Malice

Say this for Malice, a thriller with a vengeance: It's got more surprises than Heidi Fleiss. The setting is a New England college town — the women's college is actually Smith, but mysteriously, nobody calls it that. Andy Safian (played by Bill Pullman) is a dean whose gorgeous wife, Tracy (Nicole Kidman), cracks jokes about the little boy in the next-door window who stares at them having sex. Make sure you file that clue away. Life takes a few more twists when Andy's students start getting raped and murdered with an alarming frequency.

Enter Jed Hill (a manic Alec Baldwin), the new surgeon in town. Dr. Jed is a lady-killer of the old-fashioned variety: He never met a nurse under 40 he didn't boff. It turns out Jed went to school with Andy; now he's paying rent at the Safians' to help them afford renovations on their Victorian love nest. One night Tracy is stricken with abdominal pains. Jed operates, removing a sick ovary — and then the healthy one. Tracy hires a handsome lawyer (Peter Gallagher) and sues, while Andy learns a dark secret from a sexy cop, played by Bebe Neuwirth with a bizarre Boston accent. Everybody fights. And that's just for starters.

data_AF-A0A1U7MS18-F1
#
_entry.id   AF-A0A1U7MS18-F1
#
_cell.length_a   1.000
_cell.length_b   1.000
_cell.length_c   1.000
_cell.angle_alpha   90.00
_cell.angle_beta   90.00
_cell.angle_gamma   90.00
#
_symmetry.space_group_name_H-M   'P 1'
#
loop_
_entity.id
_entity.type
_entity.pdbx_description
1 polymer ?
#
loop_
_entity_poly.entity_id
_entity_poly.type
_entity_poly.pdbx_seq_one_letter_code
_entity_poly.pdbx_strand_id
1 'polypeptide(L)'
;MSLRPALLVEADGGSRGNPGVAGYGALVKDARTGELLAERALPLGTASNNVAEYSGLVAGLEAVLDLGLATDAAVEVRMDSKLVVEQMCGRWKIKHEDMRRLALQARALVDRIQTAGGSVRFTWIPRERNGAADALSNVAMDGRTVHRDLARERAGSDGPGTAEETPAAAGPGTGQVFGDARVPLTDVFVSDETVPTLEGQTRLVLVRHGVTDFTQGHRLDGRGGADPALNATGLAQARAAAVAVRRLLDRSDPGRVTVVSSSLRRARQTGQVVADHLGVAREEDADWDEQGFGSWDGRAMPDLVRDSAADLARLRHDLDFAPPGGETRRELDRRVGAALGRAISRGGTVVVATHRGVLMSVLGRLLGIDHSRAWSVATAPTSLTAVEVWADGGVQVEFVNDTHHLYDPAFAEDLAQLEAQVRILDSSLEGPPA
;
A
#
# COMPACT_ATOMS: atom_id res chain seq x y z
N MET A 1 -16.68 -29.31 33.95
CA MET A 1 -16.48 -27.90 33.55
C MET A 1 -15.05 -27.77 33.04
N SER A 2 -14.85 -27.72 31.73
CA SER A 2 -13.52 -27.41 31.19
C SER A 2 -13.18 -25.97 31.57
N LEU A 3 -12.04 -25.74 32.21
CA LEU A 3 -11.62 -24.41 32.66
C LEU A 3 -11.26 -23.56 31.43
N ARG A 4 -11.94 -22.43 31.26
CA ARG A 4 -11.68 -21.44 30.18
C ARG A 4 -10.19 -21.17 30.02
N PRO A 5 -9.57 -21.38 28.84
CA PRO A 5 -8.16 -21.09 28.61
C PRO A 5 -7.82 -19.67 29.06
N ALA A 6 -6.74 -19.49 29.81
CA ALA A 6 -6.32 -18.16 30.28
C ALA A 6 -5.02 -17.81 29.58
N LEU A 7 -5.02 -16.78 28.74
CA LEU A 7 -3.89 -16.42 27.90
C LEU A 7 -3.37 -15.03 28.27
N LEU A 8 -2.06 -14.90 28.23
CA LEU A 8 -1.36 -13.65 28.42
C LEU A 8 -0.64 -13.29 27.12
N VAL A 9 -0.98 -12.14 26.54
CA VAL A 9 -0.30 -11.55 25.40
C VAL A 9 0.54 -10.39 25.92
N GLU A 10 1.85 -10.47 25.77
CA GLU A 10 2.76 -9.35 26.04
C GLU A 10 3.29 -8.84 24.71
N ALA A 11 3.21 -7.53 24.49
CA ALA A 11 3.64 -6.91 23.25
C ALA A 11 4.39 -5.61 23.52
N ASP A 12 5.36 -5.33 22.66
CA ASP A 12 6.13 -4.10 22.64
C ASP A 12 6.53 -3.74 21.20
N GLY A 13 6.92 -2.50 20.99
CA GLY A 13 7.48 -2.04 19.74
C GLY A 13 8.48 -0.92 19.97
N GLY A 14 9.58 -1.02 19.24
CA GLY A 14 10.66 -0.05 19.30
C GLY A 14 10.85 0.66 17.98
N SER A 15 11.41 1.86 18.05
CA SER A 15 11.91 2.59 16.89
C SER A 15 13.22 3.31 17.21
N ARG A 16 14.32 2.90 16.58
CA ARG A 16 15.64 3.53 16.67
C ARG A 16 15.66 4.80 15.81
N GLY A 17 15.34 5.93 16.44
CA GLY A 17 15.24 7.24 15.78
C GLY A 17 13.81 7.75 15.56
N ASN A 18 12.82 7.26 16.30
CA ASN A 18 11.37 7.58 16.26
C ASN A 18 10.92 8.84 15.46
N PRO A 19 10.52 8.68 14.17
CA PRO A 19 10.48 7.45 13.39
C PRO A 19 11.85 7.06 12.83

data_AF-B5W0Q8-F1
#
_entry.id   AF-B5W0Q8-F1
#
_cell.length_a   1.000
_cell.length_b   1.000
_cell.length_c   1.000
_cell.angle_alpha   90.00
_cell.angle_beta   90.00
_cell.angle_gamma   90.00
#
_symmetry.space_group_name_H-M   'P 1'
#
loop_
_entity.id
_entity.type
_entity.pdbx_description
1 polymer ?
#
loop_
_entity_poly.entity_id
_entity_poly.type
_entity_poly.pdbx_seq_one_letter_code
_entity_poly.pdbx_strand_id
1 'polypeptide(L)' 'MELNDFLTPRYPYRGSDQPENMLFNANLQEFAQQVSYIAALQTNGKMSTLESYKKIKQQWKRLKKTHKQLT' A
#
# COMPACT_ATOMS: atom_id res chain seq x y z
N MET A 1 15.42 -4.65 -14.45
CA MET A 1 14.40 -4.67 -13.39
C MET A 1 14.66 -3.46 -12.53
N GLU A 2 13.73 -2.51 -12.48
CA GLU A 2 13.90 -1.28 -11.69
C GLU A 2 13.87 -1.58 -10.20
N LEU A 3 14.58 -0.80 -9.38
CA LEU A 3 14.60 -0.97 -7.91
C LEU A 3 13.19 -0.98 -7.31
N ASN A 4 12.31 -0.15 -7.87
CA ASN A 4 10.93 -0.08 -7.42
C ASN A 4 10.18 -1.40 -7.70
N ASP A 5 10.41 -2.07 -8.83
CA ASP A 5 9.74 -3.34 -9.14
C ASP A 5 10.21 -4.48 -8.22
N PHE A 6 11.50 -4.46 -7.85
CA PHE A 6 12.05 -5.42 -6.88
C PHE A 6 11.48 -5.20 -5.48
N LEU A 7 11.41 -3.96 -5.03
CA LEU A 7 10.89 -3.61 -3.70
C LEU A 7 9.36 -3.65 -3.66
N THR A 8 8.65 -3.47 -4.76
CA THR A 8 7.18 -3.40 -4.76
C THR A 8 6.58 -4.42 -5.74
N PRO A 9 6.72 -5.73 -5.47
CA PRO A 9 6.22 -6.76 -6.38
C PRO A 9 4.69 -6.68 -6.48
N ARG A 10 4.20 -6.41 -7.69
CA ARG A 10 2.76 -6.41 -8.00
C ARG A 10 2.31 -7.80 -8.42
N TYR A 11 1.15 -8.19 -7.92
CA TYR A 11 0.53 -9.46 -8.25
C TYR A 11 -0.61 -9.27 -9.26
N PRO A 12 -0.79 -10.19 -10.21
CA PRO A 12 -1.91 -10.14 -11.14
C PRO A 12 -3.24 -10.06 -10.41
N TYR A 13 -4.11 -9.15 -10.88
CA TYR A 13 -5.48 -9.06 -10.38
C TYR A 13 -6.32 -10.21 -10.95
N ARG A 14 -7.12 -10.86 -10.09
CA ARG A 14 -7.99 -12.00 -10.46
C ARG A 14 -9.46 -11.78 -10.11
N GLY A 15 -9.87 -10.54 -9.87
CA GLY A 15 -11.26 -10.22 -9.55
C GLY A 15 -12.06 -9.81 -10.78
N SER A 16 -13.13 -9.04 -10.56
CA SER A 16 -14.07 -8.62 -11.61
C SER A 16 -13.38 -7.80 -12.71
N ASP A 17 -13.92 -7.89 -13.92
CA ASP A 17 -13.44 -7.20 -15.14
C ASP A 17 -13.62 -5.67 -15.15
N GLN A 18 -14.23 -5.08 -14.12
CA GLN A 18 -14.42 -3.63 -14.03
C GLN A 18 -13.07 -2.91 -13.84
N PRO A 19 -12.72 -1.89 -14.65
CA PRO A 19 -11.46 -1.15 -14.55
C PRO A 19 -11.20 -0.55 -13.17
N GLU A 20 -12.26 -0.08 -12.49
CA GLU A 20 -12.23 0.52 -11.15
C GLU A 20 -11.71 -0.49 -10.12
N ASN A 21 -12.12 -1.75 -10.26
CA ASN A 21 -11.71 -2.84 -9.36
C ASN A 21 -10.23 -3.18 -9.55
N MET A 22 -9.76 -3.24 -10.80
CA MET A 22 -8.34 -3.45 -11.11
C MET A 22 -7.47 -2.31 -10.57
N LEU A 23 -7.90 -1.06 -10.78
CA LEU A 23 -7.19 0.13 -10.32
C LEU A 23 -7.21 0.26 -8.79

Goaded on by writer Aaron Sorkin (A Few Good Men), who could run a red-herring factory, the actors work to keep you guessing long after you've caught on. No one shows any shame about going over the top, especially Anne Bancroft in an Oscar-begging cameo as Tracy's mother. Perhaps director Harold Becker thought flashy acting could distract us from the gaping plot holes. Becker gets so intent on confusing us, he forgets to give us characters to care about, the way he did in Sea of Love with Al Pacino. Malice is way out of that classy league. It's got suspense but no staying power.

From The Archives Issue 500: May 21, 1987
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